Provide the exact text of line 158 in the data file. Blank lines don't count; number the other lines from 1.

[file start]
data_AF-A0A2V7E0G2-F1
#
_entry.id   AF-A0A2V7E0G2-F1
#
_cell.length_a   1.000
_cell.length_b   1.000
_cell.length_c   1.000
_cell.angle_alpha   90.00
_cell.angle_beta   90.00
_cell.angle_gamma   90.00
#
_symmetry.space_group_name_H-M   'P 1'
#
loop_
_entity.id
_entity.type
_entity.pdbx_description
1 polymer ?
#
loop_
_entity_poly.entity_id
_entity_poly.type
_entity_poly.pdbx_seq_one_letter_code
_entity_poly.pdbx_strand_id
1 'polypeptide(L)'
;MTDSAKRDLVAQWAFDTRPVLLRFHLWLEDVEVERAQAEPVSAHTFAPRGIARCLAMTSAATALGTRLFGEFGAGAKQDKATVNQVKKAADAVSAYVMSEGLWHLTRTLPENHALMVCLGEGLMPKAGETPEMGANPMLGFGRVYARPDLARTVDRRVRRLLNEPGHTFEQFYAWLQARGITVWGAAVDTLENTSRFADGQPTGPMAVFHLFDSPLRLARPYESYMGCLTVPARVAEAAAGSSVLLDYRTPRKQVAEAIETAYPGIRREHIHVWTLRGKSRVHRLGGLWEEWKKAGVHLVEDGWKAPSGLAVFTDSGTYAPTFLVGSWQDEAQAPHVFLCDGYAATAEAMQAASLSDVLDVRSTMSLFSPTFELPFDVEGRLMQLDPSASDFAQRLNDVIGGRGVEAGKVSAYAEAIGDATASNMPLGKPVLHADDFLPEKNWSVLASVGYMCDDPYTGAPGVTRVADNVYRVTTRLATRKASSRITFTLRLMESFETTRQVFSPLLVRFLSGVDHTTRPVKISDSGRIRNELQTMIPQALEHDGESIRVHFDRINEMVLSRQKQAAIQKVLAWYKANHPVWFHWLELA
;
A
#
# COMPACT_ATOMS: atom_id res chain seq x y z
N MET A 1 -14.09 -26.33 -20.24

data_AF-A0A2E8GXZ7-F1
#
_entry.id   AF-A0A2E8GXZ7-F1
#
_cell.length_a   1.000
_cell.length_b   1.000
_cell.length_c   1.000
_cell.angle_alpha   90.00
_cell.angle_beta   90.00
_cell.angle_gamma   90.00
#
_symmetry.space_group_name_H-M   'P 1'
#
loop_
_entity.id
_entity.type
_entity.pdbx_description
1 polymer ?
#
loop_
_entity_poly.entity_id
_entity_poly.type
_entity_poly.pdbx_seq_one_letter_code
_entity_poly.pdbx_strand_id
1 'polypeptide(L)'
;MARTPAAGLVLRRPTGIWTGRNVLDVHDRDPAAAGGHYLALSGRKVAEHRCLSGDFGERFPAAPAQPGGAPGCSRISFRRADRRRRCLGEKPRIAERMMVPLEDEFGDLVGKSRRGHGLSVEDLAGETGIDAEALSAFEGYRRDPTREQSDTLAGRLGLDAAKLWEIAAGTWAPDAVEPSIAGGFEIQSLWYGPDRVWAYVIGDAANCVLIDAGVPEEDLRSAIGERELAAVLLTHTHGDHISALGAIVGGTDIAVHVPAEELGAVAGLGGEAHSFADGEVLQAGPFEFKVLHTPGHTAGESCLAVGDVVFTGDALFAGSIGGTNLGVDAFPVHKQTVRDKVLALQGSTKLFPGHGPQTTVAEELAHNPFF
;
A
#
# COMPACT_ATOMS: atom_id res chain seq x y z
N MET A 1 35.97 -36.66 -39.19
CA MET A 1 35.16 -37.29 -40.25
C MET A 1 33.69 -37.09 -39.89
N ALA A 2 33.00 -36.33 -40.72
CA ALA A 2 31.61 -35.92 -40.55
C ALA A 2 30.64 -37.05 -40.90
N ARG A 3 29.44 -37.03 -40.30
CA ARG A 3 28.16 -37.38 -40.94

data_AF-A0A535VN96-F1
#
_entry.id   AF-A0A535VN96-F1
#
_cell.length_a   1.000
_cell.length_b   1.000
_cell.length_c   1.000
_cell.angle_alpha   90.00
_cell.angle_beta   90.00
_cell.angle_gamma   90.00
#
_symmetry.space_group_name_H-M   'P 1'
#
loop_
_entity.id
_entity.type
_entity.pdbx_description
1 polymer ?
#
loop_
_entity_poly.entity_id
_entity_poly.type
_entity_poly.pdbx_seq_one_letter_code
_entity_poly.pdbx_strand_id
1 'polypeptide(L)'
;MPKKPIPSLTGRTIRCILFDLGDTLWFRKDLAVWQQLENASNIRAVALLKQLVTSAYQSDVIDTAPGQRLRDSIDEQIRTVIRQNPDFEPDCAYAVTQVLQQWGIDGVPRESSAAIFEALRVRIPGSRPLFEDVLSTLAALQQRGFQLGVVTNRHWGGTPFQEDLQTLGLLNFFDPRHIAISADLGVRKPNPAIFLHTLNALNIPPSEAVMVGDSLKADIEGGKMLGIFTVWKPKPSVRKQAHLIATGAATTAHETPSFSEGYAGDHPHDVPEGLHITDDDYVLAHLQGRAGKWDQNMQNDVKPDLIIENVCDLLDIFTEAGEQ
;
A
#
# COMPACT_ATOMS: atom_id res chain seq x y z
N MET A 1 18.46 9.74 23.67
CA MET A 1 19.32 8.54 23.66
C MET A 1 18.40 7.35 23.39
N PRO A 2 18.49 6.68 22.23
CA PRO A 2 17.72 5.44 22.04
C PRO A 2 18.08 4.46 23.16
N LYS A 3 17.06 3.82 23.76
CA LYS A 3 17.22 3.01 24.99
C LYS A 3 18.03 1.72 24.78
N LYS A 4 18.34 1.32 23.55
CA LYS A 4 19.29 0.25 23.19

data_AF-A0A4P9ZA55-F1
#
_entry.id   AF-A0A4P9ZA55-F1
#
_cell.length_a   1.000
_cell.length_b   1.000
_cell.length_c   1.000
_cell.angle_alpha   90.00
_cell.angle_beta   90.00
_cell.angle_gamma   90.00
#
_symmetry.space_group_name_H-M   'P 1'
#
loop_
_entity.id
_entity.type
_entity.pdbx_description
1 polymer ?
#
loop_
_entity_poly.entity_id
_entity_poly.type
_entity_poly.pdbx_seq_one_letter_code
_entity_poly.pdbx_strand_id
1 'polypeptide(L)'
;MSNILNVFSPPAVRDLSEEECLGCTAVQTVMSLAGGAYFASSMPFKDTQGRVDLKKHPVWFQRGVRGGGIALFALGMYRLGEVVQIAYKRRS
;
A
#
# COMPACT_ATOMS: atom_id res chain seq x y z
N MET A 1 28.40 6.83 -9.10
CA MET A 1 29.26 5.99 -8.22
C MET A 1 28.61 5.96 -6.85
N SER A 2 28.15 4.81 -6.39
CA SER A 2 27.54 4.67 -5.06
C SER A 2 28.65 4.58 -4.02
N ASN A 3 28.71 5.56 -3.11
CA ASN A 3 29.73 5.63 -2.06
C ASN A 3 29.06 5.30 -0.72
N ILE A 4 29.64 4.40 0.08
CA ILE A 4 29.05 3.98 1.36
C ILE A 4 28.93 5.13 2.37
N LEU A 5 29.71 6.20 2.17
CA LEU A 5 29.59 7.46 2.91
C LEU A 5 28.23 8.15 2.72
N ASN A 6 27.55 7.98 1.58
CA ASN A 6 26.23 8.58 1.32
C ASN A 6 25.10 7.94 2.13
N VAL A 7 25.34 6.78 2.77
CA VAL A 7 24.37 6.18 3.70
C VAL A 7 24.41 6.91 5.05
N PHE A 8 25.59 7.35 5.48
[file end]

C ASN A 6 25.10 7.94 2.13